May 30 2024

Wendy Doniger delivering her 2015 Haskins Prize Lecture on May 8, 2015, in Philadelphia, PA

This year, longtime member and former president of the AAR, Wendy Doniger, Mircea Eliade Distinguished Service Professor of the History of Religions at the University of Chicago, was awarded the 2015 Charles Homer Haskins Prize Lectureship by the American Council of Learned Societies (ACLS). Named for the first chairman of ACLS (1920–26), the Haskins Prize Lecture series is entitled “A Life of Learning” and celebrates scholarly careers of distinctive importance.

Doniger presented her lecture at the 2015 Annual Meeting of the ACLS on May 8 in Philadelphia, Pennsylvania. The ACLS has posted the video of her lecture and the accompanying text.

Brian Pennington with Krisitan Petersen

Photo of destroyed businesses and homes along the Bhagirathi river, which were flooded in June 2013.

Brian Pennington, director of the Center for the Study of Religion, Culture, and Society and professor of religious studies at Elon University, was awarded an AAR Individual Research Grant in 2014. He talks to RSN about his project Natural Disaster and Divine Agency: Hindu Theodicies of Climate Change.


Thomas Tweed

Thomas A. Tweed is the 2015 president of the American Academy of Religion and a professor of history at the University of Notre Dame where he also holds the Harold and Martha Welch Endowed Chair in American Studies. Tweed’s historical, ethnographic, and theoretical research has been supported by grants and fellowships, including three from the National Endowment for the Humanities, and his diverse professional service includes work as external reviewer, expert witness, blog contributor, and media consultant. He edited Retelling U.S. Religious History (University of California Press, 1997) and coedited Asian Religions in America: A Documentary History (with Stephen Prothero, Oxford University Press, 1998). He is the author of The American Encounter with Buddhism, 1844–1912: Victorian Culture and the Limits of Dissent (Indiana University Press, 1992) and Crossing and Dwelling: A Theory of Religion (Harvard University Press, 2006).

by Sarah Levine, American Academy of Religion

In the fall of 2010, I was a MA student beginning my second year of graduate school at Georgia State University. Molly Bassett was a new hire for our department, in her first year teaching in a tenure-track position. The previous semester I had taken a graduate seminar with her on material culture theory and method in religious studies, and it was there that I found her perspective and approach to teaching really engaging.1[1] She presented her ideological stance in that course, often reiterating that religious studies is more a field than a discipline, and that became even more in clear the course we discuss here, "Religious Dimensions in Human Experience." In our preliminary discussions about this series, Molly referred to her pedagogical approach to that class as an “ensemble approach.” That will bare itself out in my reflection on the iteration of the course I took in 2010 and in our discussion about the one she’s organized for this fall. It’s also, I think a meta-term for the way she methodologically approaches religious studies more generally.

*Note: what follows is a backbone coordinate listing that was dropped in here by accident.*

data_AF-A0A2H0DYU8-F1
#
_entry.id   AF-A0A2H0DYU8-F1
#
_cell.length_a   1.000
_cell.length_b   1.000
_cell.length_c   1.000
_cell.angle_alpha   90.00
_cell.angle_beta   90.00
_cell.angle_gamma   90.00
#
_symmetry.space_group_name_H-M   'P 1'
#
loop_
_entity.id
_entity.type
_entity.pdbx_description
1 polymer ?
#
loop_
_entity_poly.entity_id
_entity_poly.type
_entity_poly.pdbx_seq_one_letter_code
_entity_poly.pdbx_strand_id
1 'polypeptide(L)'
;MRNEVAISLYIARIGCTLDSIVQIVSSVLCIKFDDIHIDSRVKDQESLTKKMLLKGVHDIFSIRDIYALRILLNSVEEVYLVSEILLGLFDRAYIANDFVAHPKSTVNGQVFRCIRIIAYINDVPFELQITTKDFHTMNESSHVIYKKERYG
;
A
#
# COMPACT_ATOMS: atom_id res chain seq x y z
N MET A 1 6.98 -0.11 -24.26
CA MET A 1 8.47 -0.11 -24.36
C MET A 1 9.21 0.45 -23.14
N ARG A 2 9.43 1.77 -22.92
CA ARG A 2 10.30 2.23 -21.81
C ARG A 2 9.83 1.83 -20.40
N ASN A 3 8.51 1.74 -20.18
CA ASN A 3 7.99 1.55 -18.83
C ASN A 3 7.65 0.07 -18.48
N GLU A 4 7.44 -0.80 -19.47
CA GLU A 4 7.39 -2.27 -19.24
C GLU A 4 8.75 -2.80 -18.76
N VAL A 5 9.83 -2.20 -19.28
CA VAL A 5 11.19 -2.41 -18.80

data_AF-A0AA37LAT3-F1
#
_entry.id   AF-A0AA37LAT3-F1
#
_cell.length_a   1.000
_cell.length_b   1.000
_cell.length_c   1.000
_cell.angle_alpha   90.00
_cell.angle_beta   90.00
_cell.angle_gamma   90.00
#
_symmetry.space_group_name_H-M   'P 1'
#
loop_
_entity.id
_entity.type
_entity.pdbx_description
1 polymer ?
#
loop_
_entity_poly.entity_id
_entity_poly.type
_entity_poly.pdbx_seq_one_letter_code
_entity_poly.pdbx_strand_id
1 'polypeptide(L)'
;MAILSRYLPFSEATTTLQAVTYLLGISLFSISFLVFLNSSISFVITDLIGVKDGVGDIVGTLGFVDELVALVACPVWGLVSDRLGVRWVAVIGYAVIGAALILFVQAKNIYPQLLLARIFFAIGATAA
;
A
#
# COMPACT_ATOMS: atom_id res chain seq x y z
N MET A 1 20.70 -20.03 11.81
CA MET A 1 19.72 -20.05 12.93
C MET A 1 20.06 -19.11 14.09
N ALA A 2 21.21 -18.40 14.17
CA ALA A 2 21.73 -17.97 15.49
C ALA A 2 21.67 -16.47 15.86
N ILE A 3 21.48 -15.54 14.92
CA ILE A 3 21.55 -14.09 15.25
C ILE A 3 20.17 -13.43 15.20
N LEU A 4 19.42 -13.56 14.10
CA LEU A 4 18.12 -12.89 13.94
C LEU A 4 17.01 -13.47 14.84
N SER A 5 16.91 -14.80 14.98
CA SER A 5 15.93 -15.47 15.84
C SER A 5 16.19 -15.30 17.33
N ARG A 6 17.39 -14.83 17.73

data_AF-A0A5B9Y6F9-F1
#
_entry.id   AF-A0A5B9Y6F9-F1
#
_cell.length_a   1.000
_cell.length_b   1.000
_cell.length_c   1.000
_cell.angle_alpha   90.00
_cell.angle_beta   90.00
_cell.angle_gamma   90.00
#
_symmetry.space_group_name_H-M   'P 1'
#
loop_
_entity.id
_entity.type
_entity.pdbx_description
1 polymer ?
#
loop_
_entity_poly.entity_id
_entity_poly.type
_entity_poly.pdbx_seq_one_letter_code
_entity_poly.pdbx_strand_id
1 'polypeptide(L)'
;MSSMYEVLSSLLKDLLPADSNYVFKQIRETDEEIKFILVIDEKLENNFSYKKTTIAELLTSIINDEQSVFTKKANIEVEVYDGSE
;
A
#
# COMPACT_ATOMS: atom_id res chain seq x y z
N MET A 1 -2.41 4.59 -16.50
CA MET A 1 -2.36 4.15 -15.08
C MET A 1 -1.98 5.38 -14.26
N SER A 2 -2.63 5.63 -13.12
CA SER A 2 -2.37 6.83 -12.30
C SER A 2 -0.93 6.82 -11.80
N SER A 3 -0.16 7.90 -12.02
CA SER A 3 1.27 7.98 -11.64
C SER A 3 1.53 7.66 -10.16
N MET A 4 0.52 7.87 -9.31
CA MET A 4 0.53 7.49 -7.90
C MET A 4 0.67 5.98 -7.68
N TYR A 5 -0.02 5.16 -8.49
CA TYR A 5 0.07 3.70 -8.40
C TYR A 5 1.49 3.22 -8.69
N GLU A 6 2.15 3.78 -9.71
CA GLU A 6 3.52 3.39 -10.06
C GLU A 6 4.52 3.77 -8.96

"Religious Dimensions" had two primary lenses that Molly made clear in her syllabus. The first was that the class was anthropological in nature. “In this course,” she noted in the course introduction, “we will not assume the category of ‘religious experience,” but rather interrogate various dimensions of human experience that we might call ‘religious’.” While this may not satisfy all scholars skeptical of phenomenological approaches, it was more than adequate for reasons I’ll explain later. The second lens, a subcategory of the first, was that of narrative. Overall, one of the main takeaways of the class was an implicit request that we become more cognizant of the primacy of narrative—not just in “religions,” but in the ways we make sense of the worlds we encounter as scholars. The sheer variety of approaches, media, and sources in the syllabus—the ensemble approach—worked together to make this latter point clearer over time.

by Molly Bassett, Georgia State University

Late last spring, Sarah Levine, a former student now senior editor for Religious Studies News, emailed me to ask if I would be interested in writing for the newsletter’s new column “Theoretically Speaking.” Her e-mail came at a perfect time: I had just begun redesigning one of the courses Sarah took with me several years ago. In fact, she took the first version of the course, and it is now in its third iteration. Sarah and I met over coffee, and I proposed that she write with me. She graciously agreed. Our essays reflect on “Religious Dimensions in Human Experience,” a dual-level (graduate and undergraduate) course that uses a comparative method to explore “religion” and religions as anthropological projects.